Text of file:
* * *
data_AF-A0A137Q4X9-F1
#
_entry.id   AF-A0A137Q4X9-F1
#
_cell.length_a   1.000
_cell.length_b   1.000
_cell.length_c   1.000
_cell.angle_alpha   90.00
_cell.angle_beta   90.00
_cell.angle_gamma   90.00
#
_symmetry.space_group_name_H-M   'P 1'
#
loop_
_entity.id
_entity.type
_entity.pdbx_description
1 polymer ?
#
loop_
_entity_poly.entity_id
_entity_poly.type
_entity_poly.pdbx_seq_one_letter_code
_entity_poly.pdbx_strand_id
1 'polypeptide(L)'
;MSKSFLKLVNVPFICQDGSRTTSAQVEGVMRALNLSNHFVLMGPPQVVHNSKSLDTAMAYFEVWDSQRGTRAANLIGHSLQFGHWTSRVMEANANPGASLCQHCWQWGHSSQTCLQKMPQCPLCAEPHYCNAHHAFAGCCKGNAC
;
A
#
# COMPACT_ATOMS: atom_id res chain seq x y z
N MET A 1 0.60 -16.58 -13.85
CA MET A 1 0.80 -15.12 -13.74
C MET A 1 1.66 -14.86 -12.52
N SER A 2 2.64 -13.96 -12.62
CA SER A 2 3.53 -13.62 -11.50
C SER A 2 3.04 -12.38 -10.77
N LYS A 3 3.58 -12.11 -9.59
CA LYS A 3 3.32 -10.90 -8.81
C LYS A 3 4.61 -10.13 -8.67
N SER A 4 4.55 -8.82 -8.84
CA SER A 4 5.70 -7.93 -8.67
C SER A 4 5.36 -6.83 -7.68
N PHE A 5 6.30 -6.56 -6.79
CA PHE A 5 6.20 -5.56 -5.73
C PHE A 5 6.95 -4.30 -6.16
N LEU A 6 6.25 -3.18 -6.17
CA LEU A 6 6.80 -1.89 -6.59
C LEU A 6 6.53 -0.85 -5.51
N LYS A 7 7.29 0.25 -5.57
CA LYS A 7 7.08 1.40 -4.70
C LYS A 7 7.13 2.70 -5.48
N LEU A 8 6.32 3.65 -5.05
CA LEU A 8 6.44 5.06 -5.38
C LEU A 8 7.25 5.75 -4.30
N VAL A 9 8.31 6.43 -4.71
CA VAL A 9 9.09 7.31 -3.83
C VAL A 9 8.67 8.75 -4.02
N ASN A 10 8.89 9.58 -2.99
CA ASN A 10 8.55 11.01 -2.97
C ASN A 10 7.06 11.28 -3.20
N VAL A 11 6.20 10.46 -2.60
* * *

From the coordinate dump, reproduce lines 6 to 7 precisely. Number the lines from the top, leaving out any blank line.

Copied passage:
_cell.length_b   1.000
_cell.length_c   1.000